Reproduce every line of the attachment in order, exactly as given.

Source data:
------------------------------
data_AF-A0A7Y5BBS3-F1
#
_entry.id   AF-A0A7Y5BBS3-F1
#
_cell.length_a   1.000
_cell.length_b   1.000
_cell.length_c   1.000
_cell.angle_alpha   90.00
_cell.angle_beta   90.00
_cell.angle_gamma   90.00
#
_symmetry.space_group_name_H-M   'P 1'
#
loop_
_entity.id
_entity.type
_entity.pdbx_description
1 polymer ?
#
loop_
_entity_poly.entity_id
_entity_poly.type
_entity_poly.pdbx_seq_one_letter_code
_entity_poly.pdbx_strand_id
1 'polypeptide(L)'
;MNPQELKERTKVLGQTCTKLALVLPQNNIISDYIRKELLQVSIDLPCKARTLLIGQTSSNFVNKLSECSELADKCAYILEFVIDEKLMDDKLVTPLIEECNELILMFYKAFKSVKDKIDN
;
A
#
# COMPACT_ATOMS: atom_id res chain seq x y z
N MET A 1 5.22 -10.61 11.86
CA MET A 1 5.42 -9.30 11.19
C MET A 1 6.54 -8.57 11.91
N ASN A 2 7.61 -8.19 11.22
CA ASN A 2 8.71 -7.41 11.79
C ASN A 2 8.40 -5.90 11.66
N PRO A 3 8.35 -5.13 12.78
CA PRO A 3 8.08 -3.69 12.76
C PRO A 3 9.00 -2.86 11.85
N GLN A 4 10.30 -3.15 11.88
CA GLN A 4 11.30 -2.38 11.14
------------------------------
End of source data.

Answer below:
data_AF-A0A7Y5BBS3-F1
#
_entry.id   AF-A0A7Y5BBS3-F1
#
_cell.length_a   1.000
_cell.length_b   1.000
_cell.length_c   1.000
_cell.angle_alpha   90.00
_cell.angle_beta   90.00
_cell.angle_gamma   90.00
#
_symmetry.space_group_name_H-M   'P 1'
#
loop_
_entity.id
_entity.type
_entity.pdbx_description
1 polymer ?
#
loop_
_entity_poly.entity_id
_entity_poly.type
_entity_poly.pdbx_seq_one_letter_code
_entity_poly.pdbx_strand_id
1 'polypeptide(L)'
;MNPQELKERTKVLGQTCTKLALVLPQNNIISDYIRKELLQVSIDLPCKARTLLIGQTSSNFVNKLSECSELADKCAYILEFVIDEKLMDDKLVTPLIEECNELILMFYKAFKSVKDKIDN
;
A
#
# COMPACT_ATOMS: atom_id res chain seq x y z
N MET A 1 5.22 -10.61 11.86
CA MET A 1 5.42 -9.30 11.19
C MET A 1 6.54 -8.57 11.91
N ASN A 2 7.61 -8.19 11.22
CA ASN A 2 8.71 -7.41 11.79
C ASN A 2 8.40 -5.90 11.66
N PRO A 3 8.35 -5.13 12.78
CA PRO A 3 8.08 -3.69 12.76
C PRO A 3 9.00 -2.86 11.85
N GLN A 4 10.30 -3.15 11.88
CA GLN A 4 11.30 -2.38 11.14